access to the services provided by the municipality. Here it is important to note
that the program is grounded in each municipality through a Family Intervention
Unit, headed by a municipal employee who acts as a case worker.

Chile Solidario works with the family, and specifically with
women/mothers, providing psychosocial support, subsidies, and mechanisms to
access existing services. The program is operating in 332 municipalities, and by
the end of 2005 it incorporated 225,000 families.10 It is important to note that the
program largely ignores husbands and fathers. Chile Solidario is considered to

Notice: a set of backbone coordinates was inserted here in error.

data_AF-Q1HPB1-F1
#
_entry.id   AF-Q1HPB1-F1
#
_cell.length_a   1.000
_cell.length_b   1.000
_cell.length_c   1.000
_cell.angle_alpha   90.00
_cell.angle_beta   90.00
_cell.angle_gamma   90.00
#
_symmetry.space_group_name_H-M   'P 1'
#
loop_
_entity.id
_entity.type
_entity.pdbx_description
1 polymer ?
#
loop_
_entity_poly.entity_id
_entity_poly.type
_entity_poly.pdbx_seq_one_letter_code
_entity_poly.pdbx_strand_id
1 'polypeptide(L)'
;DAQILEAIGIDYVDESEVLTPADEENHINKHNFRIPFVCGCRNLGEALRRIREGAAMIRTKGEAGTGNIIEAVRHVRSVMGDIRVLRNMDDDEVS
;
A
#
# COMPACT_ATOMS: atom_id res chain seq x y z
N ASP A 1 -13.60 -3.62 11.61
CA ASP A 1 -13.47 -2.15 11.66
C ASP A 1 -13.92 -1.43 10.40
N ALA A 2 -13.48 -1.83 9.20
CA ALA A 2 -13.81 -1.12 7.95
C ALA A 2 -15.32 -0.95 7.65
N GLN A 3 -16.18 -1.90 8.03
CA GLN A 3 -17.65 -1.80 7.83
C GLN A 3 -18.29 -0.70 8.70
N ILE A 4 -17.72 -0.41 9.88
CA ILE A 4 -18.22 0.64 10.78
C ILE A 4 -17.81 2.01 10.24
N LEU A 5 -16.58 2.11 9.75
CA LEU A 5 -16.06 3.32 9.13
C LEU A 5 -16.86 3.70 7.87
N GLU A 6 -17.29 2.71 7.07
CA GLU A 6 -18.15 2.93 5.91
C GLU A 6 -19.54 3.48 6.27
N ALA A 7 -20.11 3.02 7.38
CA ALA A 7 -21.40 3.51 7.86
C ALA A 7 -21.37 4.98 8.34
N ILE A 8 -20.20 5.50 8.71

have fulfilled its mission when the family is able to overcome its indigence and
can sustain a set of minimum pre-established conditions. The right to participate
in the Chile Solidario program is determined through a poverty score, which in
turn is a summary index of unsatisfied basic needs. The score is posted in a card
(CAS ficha) that serves as a means to identify program recipients. Households are
invited to participate on the basis of their score, starting with the poorest

The families incorporated into the program receive a set of small subsidies,
some training, and the provision of identity cards to families that had never had
one. It facilitates registration in the local clinics so families can obtain primary
care in their respective neighborhood. The program also makes sure that children
are sent to school, facilitates access to education for illiterate adults, and it